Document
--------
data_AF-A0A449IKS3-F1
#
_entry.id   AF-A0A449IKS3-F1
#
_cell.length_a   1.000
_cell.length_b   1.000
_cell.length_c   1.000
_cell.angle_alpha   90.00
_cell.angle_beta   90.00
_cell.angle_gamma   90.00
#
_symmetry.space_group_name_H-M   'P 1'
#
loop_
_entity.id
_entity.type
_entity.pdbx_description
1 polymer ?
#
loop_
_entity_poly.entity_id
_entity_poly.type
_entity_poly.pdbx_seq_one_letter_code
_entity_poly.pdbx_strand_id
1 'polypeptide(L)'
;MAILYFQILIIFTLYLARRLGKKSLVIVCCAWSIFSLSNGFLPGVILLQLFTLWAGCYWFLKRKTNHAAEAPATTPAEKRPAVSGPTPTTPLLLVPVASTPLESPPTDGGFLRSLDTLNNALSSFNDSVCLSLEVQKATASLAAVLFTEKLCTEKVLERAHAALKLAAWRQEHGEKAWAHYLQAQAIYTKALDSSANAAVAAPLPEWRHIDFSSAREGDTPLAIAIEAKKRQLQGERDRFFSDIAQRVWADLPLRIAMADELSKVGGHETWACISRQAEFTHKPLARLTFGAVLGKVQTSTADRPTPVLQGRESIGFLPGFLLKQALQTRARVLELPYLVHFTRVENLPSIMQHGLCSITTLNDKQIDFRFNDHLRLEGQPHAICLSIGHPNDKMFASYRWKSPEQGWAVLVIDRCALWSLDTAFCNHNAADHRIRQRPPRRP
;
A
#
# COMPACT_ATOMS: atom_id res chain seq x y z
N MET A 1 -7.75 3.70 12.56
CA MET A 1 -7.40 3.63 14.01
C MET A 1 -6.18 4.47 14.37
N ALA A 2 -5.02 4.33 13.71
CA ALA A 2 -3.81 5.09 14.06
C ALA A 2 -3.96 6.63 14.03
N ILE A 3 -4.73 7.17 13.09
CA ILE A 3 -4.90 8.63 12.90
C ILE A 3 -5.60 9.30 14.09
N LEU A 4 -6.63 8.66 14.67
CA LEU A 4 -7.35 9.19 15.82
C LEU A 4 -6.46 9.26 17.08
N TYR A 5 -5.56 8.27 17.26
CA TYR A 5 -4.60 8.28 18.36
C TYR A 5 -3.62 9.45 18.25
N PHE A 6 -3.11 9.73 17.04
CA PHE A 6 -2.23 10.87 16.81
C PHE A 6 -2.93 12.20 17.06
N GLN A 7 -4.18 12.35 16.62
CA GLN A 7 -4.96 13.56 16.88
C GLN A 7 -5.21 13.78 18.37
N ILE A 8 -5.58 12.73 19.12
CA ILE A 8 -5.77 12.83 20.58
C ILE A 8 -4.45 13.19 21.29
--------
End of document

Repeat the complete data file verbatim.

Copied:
data_AF-A0A449IKS3-F1
#
_entry.id   AF-A0A449IKS3-F1
#
_cell.length_a   1.000
_cell.length_b   1.000
_cell.length_c   1.000
_cell.angle_alpha   90.00
_cell.angle_beta   90.00
_cell.angle_gamma   90.00
#
_symmetry.space_group_name_H-M   'P 1'
#
loop_
_entity.id
_entity.type
_entity.pdbx_description
1 polymer ?
#
loop_
_entity_poly.entity_id
_entity_poly.type
_entity_poly.pdbx_seq_one_letter_code
_entity_poly.pdbx_strand_id
1 'polypeptide(L)'
;MAILYFQILIIFTLYLARRLGKKSLVIVCCAWSIFSLSNGFLPGVILLQLFTLWAGCYWFLKRKTNHAAEAPATTPAEKRPAVSGPTPTTPLLLVPVASTPLESPPTDGGFLRSLDTLNNALSSFNDSVCLSLEVQKATASLAAVLFTEKLCTEKVLERAHAALKLAAWRQEHGEKAWAHYLQAQAIYTKALDSSANAAVAAPLPEWRHIDFSSAREGDTPLAIAIEAKKRQLQGERDRFFSDIAQRVWADLPLRIAMADELSKVGGHETWACISRQAEFTHKPLARLTFGAVLGKVQTSTADRPTPVLQGRESIGFLPGFLLKQALQTRARVLELPYLVHFTRVENLPSIMQHGLCSITTLNDKQIDFRFNDHLRLEGQPHAICLSIGHPNDKMFASYRWKSPEQGWAVLVIDRCALWSLDTAFCNHNAADHRIRQRPPRRP
;
A
#
# COMPACT_ATOMS: atom_id res chain seq x y z
N MET A 1 -7.75 3.70 12.56
CA MET A 1 -7.40 3.63 14.01
C MET A 1 -6.18 4.47 14.37
N ALA A 2 -5.02 4.33 13.71
CA ALA A 2 -3.81 5.09 14.06
C ALA A 2 -3.96 6.63 14.03
N ILE A 3 -4.73 7.17 13.09
CA ILE A 3 -4.90 8.63 12.90
C ILE A 3 -5.60 9.30 14.09
N LEU A 4 -6.63 8.66 14.67
CA LEU A 4 -7.35 9.19 15.82
C LEU A 4 -6.46 9.26 17.08
N TYR A 5 -5.56 8.27 17.26
CA TYR A 5 -4.60 8.28 18.36
C TYR A 5 -3.62 9.45 18.25
N PHE A 6 -3.11 9.73 17.04
CA PHE A 6 -2.23 10.87 16.81
C PHE A 6 -2.93 12.20 17.06
N GLN A 7 -4.18 12.35 16.62
CA GLN A 7 -4.96 13.56 16.88
C GLN A 7 -5.21 13.78 18.37
N ILE A 8 -5.58 12.73 19.12
CA ILE A 8 -5.77 12.83 20.58
C ILE A 8 -4.45 13.19 21.29